And since that 24-9 throttling of the Chiefs, more wins have followed. More that saw the locker room filled with the same mindset it had before the game that snapped a 16-game losing streak to their rivals to the east … and changed everything about the trajectory of the season, leading to the point where the once-unfathomable — a playoff spot — is within their grasp.

“Yeah. I think you can kind of feel it before certain games, and you’re like, ‘Oh, yeah, we’re gonna take care of this,’’ Trautman said. “We felt that numerous times, obviously, sitting here at 6-1 in the last 7.”

And even the “1” — last week’s loss to the Houston Texans — came with a silver lining.

“It’s the NFL, everyone’s gonna get got at some point, honestly. So, it’s just, ‘Regroup.’ If you think about that game, too, some of the plays that we usually make — or usually get calls on PI or whatever the case — just didn’t happen,” Trautman said.

“And we still almost won the game, as bad as we played, we still almost won the game. So, we still had immense confidence.”


One fascinating aspect of the AFC’s suddenly wide-open race is how each team has at least one fatal flaw. Kansas City has a wide-receiving corps that is among the league’s worst. Jacksonville wobbles on Trevor Lawrence’s injured ankle, which clearly affected him during a loss to the Joe Flacco-led Browns.

And for the Broncos, it remains an offense that doesn’t always take advantage of the opportunities afforded it. Jerry Jeudy’s inability to get his left foot down in-bounds with a potential second-quarter touchdown catch was the most dramatic example Sunday. He got the celebration right, but not the catch — and as a result, the Broncos settled for a Lutz field goal that kept the Bolts in it for a little while longer.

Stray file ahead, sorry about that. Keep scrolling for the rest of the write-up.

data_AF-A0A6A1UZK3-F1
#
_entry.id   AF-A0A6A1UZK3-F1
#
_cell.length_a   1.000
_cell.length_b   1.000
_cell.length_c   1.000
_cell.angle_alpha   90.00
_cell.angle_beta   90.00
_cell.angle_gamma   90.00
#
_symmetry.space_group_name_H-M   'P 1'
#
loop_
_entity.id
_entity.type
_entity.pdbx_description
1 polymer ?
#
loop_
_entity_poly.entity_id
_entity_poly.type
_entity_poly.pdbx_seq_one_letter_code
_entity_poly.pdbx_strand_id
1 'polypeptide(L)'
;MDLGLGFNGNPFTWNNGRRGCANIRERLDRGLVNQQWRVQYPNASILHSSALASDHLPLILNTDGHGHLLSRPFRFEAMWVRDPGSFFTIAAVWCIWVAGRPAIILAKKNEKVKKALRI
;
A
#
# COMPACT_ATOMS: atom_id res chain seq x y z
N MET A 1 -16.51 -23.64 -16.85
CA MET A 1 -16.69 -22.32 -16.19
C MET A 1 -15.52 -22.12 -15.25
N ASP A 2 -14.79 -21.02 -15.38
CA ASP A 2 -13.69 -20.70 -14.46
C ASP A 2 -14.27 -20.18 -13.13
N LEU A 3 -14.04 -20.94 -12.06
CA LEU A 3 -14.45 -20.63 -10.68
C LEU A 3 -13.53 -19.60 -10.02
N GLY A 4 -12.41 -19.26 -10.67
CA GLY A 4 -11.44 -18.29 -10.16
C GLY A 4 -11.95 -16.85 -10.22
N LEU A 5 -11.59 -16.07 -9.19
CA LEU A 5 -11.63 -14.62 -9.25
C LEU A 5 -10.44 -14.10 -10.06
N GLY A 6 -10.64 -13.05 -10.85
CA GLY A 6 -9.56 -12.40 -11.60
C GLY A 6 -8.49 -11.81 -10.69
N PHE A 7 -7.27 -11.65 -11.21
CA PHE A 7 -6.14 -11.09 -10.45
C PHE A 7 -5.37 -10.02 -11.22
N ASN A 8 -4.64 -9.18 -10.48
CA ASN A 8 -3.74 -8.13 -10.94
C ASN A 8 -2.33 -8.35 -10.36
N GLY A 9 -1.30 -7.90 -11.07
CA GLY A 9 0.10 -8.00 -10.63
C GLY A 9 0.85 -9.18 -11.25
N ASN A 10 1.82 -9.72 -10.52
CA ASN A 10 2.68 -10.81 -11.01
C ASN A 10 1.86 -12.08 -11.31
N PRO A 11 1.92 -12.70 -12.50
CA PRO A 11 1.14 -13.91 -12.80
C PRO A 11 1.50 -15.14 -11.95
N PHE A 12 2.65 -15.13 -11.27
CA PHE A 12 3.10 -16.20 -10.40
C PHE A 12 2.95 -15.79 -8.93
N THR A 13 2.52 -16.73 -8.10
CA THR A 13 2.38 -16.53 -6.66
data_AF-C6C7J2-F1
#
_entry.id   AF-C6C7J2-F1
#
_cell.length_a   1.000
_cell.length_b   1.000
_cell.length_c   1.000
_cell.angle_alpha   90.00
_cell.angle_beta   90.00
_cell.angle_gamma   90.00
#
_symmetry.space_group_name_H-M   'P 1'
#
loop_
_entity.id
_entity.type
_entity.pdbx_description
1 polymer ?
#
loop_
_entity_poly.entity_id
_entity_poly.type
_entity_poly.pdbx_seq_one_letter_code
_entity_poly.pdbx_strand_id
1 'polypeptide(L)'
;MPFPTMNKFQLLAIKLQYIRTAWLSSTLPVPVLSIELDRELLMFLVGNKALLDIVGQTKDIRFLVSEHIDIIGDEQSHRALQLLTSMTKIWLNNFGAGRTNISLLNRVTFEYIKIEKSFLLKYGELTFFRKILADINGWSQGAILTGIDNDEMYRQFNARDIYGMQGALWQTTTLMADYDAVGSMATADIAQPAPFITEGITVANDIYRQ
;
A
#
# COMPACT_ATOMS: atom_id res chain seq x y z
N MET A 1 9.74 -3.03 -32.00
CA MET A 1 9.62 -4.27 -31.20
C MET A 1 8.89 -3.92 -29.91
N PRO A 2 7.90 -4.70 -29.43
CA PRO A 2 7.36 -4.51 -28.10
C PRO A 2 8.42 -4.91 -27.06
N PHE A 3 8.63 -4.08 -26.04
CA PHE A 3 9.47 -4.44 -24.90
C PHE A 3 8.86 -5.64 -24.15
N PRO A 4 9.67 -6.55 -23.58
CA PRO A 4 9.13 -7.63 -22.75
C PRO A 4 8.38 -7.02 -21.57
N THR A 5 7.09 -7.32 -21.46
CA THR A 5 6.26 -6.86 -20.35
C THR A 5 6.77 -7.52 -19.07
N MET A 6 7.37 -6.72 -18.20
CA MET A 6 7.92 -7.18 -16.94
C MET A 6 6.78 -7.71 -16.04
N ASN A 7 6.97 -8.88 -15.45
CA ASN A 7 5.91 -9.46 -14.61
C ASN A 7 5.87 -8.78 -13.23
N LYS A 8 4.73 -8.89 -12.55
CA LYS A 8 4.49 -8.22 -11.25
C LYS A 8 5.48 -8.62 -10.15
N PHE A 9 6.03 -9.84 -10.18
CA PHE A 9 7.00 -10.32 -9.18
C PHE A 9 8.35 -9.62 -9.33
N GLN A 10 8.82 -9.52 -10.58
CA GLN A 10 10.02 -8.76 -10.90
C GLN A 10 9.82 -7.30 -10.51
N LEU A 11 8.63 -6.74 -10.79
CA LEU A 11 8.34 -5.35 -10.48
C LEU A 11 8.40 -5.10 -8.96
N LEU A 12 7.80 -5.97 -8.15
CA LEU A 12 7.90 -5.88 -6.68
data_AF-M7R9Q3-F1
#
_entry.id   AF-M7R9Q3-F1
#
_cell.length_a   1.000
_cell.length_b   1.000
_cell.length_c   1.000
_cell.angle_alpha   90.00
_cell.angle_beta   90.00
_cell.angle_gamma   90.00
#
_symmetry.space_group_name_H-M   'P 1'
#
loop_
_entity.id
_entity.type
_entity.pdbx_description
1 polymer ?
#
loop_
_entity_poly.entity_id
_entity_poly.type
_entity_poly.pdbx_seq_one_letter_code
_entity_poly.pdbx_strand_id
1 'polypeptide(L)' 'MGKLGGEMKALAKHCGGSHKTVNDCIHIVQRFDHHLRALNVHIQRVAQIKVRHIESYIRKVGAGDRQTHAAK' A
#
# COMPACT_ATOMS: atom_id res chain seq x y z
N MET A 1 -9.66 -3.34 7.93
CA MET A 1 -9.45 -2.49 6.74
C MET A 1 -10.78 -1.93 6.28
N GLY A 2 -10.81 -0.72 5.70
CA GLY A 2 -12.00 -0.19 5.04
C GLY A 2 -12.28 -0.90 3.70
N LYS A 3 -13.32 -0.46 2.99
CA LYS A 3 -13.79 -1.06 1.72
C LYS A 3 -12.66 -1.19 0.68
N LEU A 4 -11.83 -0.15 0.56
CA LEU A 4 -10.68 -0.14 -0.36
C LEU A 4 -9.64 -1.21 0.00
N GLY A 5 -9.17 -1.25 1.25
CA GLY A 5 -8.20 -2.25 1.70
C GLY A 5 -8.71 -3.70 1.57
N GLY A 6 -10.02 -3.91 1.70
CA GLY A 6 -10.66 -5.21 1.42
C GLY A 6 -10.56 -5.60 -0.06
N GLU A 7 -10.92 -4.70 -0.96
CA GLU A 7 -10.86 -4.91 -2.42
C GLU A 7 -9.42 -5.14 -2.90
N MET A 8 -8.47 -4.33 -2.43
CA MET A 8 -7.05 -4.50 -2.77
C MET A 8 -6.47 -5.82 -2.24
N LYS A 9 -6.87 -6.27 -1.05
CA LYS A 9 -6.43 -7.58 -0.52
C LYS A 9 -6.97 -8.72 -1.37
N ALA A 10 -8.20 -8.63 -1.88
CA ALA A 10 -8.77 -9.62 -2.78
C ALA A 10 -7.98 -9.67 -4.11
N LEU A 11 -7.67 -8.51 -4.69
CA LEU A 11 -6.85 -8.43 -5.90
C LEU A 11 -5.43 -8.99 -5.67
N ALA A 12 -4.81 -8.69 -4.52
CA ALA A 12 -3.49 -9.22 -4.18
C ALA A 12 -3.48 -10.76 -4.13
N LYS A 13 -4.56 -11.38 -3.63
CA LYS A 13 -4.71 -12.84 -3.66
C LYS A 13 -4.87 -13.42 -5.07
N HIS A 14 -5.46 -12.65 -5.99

Obviously, we need to continue to get better on offense, because you can’t always rely on your defense being super dominant. It doesn’t matter what defense it is,” Trautman said.

But the emergence of the Broncos defense has given the offense a runway to figure things out.

“They’re playing unbelievable,” Trautman said. “I said this probably before the Browns game, maybe — they’re playing like the best defense in the entire league right now. Even last week, it didn’t matter, we lost, but they still played like one of the best defenses in the league. So, we’re very confident in them.”

Denver’s offense may continue to inspire nervousness in its supporters.

But its defense — and the resilience and resourcefulness developed by the team — might be enough to take the Broncos to a place that seemed unfathomable in late September and mid-October.

Even with flaws, these Broncos are good. And they know something that hasn’t been familiar around these parts since Super Bowl 50: They know how to win, and they do what good teams do.

What they were in September is irrelevant.

What they are now is contenders.



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From the ashes of 1-5 and 70-20, the Broncos rose — and are now legitimate contenders